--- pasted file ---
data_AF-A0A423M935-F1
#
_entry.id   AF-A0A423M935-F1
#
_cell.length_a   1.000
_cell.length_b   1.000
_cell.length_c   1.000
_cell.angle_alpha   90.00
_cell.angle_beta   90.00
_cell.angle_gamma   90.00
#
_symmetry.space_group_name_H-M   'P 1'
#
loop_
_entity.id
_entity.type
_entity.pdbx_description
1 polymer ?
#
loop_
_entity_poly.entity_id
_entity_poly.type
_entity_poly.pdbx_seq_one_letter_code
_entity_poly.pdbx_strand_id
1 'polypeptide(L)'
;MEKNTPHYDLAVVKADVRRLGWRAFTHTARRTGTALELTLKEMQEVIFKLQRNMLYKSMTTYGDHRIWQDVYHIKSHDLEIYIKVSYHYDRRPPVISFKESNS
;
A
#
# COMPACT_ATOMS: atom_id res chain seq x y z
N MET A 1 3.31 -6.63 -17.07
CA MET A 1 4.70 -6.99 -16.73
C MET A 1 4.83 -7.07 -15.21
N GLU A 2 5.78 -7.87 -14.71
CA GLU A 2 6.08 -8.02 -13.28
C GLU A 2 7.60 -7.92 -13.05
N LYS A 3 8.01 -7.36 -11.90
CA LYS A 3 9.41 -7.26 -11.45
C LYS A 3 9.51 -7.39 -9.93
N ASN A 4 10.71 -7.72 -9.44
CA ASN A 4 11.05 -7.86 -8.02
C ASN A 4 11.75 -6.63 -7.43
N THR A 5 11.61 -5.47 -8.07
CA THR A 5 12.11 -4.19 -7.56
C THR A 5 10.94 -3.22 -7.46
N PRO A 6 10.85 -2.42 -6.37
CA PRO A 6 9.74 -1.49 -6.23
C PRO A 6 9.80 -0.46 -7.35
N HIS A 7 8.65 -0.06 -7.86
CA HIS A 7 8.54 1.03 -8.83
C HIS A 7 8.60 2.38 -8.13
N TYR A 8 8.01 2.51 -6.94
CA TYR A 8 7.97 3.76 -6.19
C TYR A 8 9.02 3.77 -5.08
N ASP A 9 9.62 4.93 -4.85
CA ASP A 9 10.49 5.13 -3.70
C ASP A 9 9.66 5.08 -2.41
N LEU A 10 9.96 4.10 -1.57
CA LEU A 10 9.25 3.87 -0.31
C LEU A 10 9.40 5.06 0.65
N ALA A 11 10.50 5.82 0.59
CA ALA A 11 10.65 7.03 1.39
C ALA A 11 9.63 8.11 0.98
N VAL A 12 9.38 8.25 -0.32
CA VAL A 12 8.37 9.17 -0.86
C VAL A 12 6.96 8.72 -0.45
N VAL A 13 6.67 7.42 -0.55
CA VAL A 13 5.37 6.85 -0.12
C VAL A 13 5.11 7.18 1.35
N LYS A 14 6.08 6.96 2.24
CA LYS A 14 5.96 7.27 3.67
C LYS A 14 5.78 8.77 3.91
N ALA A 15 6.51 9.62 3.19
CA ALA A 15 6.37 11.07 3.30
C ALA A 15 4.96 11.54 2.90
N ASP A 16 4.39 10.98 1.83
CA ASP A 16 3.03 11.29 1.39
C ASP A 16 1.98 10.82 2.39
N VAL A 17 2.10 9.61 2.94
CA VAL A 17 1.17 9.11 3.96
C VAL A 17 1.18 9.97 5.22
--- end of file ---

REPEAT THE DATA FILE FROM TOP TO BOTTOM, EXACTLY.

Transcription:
data_AF-A0A423M935-F1
#
_entry.id   AF-A0A423M935-F1
#
_cell.length_a   1.000
_cell.length_b   1.000
_cell.length_c   1.000
_cell.angle_alpha   90.00
_cell.angle_beta   90.00
_cell.angle_gamma   90.00
#
_symmetry.space_group_name_H-M   'P 1'
#
loop_
_entity.id
_entity.type
_entity.pdbx_description
1 polymer ?
#
loop_
_entity_poly.entity_id
_entity_poly.type
_entity_poly.pdbx_seq_one_letter_code
_entity_poly.pdbx_strand_id
1 'polypeptide(L)'
;MEKNTPHYDLAVVKADVRRLGWRAFTHTARRTGTALELTLKEMQEVIFKLQRNMLYKSMTTYGDHRIWQDVYHIKSHDLEIYIKVSYHYDRRPPVISFKESNS
;
A
#
# COMPACT_ATOMS: atom_id res chain seq x y z
N MET A 1 3.31 -6.63 -17.07
CA MET A 1 4.70 -6.99 -16.73
C MET A 1 4.83 -7.07 -15.21
N GLU A 2 5.78 -7.87 -14.71
CA GLU A 2 6.08 -8.02 -13.28
C GLU A 2 7.60 -7.92 -13.05
N LYS A 3 8.01 -7.36 -11.90
CA LYS A 3 9.41 -7.26 -11.45
C LYS A 3 9.51 -7.39 -9.93
N ASN A 4 10.71 -7.72 -9.44
CA ASN A 4 11.05 -7.86 -8.02
C ASN A 4 11.75 -6.63 -7.43
N THR A 5 11.61 -5.47 -8.07
CA THR A 5 12.11 -4.19 -7.56
C THR A 5 10.94 -3.22 -7.46
N PRO A 6 10.85 -2.42 -6.37
CA PRO A 6 9.74 -1.49 -6.23
C PRO A 6 9.80 -0.46 -7.35
N HIS A 7 8.65 -0.06 -7.86
CA HIS A 7 8.54 1.03 -8.83
C HIS A 7 8.60 2.38 -8.13
N TYR A 8 8.01 2.51 -6.94
CA TYR A 8 7.97 3.76 -6.19
C TYR A 8 9.02 3.77 -5.08
N ASP A 9 9.62 4.93 -4.85
CA ASP A 9 10.49 5.13 -3.70
C ASP A 9 9.66 5.08 -2.41
N LEU A 10 9.96 4.10 -1.57
CA LEU A 10 9.25 3.87 -0.31
C LEU A 10 9.40 5.06 0.65
N ALA A 11 10.50 5.82 0.59
CA ALA A 11 10.65 7.03 1.39
C ALA A 11 9.63 8.11 0.98
N VAL A 12 9.38 8.25 -0.32
CA VAL A 12 8.37 9.17 -0.86
C VAL A 12 6.96 8.72 -0.45
N VAL A 13 6.67 7.42 -0.55
CA VAL A 13 5.37 6.85 -0.12
C VAL A 13 5.11 7.18 1.35
N LYS A 14 6.08 6.96 2.24
CA LYS A 14 5.96 7.27 3.67
C LYS A 14 5.78 8.77 3.91
N ALA A 15 6.51 9.62 3.19
CA ALA A 15 6.37 11.07 3.30
C ALA A 15 4.96 11.54 2.90
N ASP A 16 4.39 10.98 1.83
CA ASP A 16 3.03 11.29 1.39
C ASP A 16 1.98 10.82 2.39
N VAL A 17 2.10 9.61 2.94
CA VAL A 17 1.17 9.11 3.96
C VAL A 17 1.18 9.97 5.22